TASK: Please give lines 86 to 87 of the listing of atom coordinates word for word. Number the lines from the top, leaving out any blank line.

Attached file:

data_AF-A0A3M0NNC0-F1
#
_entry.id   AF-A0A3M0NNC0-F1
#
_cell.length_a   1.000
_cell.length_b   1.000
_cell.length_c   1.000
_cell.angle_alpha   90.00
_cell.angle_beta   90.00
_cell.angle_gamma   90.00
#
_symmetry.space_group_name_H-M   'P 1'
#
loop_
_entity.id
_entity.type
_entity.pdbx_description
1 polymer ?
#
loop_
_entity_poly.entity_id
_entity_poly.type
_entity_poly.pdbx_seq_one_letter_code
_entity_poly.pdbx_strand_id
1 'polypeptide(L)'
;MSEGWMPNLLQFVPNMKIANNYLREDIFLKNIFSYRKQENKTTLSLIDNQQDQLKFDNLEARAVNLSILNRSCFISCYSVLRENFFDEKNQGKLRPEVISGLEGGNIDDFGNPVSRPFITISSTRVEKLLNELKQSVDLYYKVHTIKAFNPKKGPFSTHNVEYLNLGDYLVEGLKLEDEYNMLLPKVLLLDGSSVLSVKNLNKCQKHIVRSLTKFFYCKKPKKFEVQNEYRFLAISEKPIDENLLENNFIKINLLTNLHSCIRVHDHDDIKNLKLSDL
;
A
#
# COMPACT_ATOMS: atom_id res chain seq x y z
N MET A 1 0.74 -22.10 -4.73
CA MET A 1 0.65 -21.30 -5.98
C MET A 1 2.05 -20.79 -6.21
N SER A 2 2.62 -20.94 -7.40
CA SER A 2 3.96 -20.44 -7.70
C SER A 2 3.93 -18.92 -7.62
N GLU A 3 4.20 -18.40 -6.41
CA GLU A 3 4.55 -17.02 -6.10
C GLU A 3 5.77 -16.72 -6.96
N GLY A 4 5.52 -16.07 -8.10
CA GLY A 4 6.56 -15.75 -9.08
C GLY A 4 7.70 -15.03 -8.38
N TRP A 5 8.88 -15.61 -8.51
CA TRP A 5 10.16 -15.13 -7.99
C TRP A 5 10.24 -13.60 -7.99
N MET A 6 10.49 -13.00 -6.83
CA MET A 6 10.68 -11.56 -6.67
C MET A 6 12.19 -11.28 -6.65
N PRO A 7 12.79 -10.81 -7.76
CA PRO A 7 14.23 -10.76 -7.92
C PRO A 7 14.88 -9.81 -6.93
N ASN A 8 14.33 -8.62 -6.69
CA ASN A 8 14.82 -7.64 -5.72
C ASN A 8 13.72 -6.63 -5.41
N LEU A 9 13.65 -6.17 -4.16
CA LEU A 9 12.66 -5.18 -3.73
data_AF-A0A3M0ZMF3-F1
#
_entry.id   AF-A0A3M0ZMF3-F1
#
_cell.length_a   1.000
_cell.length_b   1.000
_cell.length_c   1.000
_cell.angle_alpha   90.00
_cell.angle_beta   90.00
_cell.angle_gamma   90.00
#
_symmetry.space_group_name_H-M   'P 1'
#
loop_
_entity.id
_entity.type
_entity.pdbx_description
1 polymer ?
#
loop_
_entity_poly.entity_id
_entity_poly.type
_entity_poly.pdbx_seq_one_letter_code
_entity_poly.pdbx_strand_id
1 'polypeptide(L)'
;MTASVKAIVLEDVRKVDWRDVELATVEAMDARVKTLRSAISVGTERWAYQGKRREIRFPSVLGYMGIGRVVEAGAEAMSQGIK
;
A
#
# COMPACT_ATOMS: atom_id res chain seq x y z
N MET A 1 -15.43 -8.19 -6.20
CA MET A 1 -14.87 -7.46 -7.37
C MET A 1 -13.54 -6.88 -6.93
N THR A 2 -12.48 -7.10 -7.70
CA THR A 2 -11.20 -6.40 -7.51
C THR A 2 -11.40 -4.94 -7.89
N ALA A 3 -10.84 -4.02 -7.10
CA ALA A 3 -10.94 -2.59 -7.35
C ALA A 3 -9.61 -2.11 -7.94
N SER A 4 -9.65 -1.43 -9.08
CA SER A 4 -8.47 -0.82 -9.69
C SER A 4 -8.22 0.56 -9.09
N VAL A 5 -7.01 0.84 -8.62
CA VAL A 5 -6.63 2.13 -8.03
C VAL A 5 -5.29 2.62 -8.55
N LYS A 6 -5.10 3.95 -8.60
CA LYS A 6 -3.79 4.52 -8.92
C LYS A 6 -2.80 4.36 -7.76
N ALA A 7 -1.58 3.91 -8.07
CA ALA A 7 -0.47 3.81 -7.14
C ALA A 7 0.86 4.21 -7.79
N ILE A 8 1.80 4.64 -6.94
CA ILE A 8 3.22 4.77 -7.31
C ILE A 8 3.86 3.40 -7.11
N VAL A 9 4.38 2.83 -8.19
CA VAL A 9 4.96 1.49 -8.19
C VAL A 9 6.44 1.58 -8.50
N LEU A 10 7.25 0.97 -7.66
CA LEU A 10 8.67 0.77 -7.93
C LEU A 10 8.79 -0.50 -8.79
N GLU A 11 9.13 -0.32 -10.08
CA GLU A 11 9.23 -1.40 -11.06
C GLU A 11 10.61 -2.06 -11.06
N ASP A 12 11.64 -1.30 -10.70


# COMPACT_ATOMS: atom_id res chain seq x y z
N MET A 1 -15.43 -8.19 -6.20